Harassment is defined as unwelcome conduct where the conduct is based on:

  • Race
  • National origin
  • Sex
  • Color
  • Religion
  • Disability
  • Age (over 40 years)
  • Pregnancy
  • Genetic information
Title VII of the Civil Rights Act of 1964, the Age Discrimination in Employment Act of 1967 (ADEA), and the Americans with Disabilities Act of 1990 (ADA) protect people from unlawful harassment.

When is Harassment Illegal?

The key is the harassment needs to be illegal for the employee to have the right to sue. Harassment alone is not illegal. For it to be illegal, the harassment has to be based on a person’s race, color, religion, sex, pregnancy, national origin, age disability or genetic information and:

  • Enduring such offensive conduct becomes a condition of continued employment
  • The offensive conduce is so severe or pervasive that a reasonable person would consider the work environment intimidating, hostile or abusive.

Examples of Unwelcome Conduct Which Qualify as Harassment

  • Physical assaults or threats
  • Slurs
  • Epithets
  • Name calling
  • Intimidation
  • Ridicule
  • Offensive pictures

Who Is The Harasser?

The harasser can be:

  • the employee’s supervisor
  • a supervisor in another department
  • a coworker
  • an agent of the employer
  • a non-employee (i.e. client)

Who Is The Victim?

The victim can be:

  • the employee experiencing the offensive and unwelcome conduct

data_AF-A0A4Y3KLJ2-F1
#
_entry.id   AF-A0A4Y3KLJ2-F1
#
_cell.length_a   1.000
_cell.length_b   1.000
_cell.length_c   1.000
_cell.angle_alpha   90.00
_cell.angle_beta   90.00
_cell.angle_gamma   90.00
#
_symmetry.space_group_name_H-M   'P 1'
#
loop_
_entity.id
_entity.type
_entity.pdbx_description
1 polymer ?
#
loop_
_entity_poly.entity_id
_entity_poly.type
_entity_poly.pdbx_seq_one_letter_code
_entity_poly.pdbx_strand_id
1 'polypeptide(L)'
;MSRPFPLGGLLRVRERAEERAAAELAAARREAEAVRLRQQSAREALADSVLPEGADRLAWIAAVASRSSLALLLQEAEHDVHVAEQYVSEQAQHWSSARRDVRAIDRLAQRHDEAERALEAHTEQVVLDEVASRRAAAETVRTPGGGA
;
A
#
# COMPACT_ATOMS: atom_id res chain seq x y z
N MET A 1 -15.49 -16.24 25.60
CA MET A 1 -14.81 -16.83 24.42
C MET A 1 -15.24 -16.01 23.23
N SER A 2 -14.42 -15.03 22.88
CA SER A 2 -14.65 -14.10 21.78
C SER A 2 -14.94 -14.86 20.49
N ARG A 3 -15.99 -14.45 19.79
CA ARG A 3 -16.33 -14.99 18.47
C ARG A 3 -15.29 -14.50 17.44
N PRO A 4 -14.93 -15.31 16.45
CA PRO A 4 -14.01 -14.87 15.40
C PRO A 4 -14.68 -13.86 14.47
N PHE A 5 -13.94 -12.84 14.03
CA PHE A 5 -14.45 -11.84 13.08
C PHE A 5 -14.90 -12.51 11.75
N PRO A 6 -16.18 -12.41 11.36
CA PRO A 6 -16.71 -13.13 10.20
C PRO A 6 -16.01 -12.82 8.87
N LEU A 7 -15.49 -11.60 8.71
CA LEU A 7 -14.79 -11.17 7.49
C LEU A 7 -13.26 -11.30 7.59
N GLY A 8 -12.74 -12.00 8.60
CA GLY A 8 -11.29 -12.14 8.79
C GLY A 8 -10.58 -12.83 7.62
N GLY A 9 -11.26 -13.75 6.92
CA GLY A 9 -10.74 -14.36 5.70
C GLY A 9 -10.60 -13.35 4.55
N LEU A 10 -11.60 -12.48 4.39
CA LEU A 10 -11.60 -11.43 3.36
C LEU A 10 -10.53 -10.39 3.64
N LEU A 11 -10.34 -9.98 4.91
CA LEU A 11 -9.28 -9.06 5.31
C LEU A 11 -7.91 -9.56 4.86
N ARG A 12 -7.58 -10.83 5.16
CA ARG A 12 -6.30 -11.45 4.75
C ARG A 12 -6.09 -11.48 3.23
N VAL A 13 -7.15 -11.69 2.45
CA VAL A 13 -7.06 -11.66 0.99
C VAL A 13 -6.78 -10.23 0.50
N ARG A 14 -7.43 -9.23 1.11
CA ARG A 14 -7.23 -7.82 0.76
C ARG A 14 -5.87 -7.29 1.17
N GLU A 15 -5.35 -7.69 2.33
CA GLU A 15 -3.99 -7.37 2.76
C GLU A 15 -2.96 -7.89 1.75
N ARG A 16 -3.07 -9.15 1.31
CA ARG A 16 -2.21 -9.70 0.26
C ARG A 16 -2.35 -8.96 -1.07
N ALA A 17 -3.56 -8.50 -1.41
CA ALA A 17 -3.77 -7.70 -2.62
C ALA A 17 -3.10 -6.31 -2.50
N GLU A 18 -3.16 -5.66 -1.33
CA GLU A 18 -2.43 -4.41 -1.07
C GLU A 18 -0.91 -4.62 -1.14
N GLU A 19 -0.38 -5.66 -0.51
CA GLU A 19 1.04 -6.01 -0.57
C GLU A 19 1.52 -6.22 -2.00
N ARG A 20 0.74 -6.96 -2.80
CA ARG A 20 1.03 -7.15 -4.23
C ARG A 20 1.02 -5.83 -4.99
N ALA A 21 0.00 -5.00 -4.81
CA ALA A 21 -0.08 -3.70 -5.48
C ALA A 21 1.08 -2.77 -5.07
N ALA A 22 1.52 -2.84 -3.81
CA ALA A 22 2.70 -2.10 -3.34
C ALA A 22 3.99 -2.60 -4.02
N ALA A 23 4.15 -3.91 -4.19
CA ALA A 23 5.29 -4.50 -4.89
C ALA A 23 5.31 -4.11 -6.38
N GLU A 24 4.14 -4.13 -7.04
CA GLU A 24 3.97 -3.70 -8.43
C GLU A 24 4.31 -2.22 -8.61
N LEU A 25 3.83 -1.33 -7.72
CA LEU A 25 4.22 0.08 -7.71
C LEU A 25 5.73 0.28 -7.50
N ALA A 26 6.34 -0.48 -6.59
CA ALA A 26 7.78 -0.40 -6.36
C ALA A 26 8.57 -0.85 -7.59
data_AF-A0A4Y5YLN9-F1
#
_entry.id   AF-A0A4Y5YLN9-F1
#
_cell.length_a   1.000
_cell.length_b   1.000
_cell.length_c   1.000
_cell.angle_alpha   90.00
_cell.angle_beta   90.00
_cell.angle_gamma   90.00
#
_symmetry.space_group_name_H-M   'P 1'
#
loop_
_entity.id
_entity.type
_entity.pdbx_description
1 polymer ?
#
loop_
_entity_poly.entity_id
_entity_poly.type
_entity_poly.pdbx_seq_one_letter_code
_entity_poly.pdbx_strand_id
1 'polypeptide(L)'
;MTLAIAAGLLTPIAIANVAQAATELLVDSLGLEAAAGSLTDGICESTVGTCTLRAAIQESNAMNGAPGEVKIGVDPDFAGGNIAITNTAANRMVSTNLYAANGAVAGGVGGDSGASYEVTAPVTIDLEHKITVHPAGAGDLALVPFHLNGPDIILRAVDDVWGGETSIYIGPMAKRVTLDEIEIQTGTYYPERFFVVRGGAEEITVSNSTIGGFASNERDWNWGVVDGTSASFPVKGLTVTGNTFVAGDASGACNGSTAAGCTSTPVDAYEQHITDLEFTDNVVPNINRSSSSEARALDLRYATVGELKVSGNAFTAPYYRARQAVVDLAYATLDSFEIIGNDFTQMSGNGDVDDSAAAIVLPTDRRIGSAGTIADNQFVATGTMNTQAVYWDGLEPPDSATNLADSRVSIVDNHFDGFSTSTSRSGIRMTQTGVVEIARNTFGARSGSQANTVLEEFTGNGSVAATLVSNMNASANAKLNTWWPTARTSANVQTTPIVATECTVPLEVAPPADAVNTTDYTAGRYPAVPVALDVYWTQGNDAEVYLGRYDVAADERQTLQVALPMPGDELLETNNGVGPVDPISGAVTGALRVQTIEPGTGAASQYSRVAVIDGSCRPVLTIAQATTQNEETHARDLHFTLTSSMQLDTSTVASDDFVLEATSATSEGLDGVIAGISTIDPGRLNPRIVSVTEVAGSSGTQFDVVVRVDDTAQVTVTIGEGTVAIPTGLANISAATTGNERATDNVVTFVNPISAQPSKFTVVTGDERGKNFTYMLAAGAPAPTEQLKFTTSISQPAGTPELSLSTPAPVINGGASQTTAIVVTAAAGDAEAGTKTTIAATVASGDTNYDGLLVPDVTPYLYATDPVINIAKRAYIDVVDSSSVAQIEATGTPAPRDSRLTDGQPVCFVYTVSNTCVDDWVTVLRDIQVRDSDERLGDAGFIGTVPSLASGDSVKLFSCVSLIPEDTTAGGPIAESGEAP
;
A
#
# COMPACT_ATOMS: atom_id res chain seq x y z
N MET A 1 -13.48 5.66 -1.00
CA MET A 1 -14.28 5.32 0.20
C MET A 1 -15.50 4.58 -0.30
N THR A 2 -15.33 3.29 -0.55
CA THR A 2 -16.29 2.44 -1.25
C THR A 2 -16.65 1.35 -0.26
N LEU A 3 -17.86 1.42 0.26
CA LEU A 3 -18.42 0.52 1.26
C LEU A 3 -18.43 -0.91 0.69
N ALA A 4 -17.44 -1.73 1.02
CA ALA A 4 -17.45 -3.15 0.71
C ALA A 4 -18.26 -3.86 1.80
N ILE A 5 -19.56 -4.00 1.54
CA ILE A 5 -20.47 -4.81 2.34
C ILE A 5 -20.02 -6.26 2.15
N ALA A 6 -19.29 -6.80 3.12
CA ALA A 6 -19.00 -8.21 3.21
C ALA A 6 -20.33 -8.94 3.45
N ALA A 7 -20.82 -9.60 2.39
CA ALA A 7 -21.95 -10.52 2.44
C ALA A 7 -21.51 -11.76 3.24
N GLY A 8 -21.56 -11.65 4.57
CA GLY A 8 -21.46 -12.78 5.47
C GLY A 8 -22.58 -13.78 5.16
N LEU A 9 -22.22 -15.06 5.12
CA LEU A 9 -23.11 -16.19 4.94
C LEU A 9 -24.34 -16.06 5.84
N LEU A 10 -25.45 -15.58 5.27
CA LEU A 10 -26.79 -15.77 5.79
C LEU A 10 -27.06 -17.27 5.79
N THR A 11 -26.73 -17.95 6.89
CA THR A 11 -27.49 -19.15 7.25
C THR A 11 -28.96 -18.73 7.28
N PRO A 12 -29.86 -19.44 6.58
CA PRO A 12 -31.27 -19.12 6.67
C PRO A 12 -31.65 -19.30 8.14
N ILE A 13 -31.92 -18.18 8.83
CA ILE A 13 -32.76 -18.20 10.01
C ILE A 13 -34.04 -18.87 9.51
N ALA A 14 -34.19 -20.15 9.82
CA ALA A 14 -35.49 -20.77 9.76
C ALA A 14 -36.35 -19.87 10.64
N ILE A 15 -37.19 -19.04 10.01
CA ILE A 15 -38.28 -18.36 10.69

• anyone affected by the offensive conduct

Are You Stressed Because Of The Harassment? Workers Compensation Claim Is An Option

As mentioned above, harassment alone is not illegal. If you are being harassed but the conduct is not based on race, color, religion, sex, pregnancy, national origin, age (over 40 years of age), disability or genetic information, click here to learn more about our Workers Compensation Practice Area if you are suffering from severe stress due to the conduct.

Helpful Tip:

Document The Behavior

To help prove your case, it is important you document the harassment (i.e save offensive emails, memos, text messages, etc) and that you follow the reporting system within your company to report the harassment. Of course there will be times when this is not possible, but remember the more evidence you have, the more it will help your case!

Seeking Justice – Your Next Steps

If you know or think you have been victim of harassment, contact Employee Justice Legal Group today for a free consultation!

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